Originally Posted by Fish-and-Chips-Yum
I understand that you haven't seen anyone become ill from this yet, but in the world of medicine, 7+ years can be a short time. There are some diseases or deficiencies that take over 20-30 years to become noticeable. With risks like cancer and heart disease, I simply don't know why you would take the risk. I'm not trying to berate you, I just want people to be informed before they do something to their body that could potentially hurt them greatly down the road. If you never have to deal with these possibilities, then that's fabulous, but you surely recognize that you're putting yourself at the risk?
It really just rubs me the wrong way when people try to cheat out how the body is supposed to work. Your body was intended to run on carbohydrates, as well as proteins and other nutrients in a balance. Any sort of extreme diet will have repercussions in the long run, whether it be in 5 years, 7 years, or 35 years. If you're still adamant about doing this diet then I wish you the best of luck, though I want people to be aware that just because something works now, it doesn't mean it's perfectly safe with no cost.
I don't see what the risks are. If LDL and HDL, good indicators of heart disease, become better following LCHF, I don't see why this would be dangerous.
From Dr. Jeff Volek he mentions there is no essential carbohydrate that we need. There is no essential carbohydrate that we need. It is true that in our body, red blood cells, some of other cells of the central nervous system, and the brain need a minute amount of glucose but your body can make that glucose from fat and protein. Those cells also adapt to using ketones. So you can survive from absolutely no carbohydrates.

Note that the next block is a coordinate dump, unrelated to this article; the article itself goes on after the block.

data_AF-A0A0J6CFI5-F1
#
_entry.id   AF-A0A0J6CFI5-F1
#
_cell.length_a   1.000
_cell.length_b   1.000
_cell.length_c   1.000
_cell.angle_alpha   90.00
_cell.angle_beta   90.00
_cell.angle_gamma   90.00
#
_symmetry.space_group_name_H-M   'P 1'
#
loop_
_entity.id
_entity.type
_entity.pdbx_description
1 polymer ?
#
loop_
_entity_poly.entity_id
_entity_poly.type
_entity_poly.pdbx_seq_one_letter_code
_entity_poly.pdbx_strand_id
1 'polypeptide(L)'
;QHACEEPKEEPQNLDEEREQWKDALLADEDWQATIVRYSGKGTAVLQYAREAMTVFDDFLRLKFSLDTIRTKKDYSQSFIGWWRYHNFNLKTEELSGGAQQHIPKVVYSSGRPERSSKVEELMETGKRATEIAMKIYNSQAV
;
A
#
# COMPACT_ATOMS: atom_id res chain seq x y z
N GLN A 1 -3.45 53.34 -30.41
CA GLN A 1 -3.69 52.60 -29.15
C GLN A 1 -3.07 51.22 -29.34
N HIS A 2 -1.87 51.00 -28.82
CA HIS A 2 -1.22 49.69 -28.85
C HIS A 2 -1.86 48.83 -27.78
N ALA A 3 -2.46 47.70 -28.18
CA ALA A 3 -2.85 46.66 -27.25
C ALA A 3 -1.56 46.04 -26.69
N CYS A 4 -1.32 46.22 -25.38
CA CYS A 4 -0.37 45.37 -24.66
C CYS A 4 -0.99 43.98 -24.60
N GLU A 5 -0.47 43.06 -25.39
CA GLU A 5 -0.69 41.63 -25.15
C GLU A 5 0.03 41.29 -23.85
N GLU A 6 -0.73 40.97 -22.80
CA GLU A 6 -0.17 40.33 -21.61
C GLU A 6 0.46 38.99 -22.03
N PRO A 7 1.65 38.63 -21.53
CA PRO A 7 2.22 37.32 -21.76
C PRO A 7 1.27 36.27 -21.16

Of course with this you should consider the long term effects but I'm not totally depleting myself of carbohydrates.
We both have arguments that say it is good and bad but with all this information going around, it is hard for any lay person to discern what information is correct.
I could say the same with the food pyramid. Ever since it's been introduced to the American society, obesity rates has been increasing. Supermarkets have ton of products that were Low Fat. I know this is not a direct correlation as there are probably a ton of other factors that come into play but I think we could both agree on that less sugar in products, especially high fructose corn syrup would alleviate a majority of metabolic syndromes.
Here is a long video on high fructose corn syrup, though you might be busy and might not have time for it
Dr. Lustig talks about the interactions of HFCS in the body, which went over my mind. If you have a good understanding of human chemistry I think you would fine this interesting.
From what I've read and experienced myself, I don't see any risk. But if people think that there is some risk associated with this and want to lose weight, they could do it for a bit and see how they feel, lose a bit of weight and go back to their version of a healthy diet. Personally during this summer by following the food pyramid and eating less, working out, I only lost a few lbs. Switching to LCHF I lost quite a bit of weight and other good side effects.
I am glad you're concern about my health. If something is working for you, then there is no need to change it.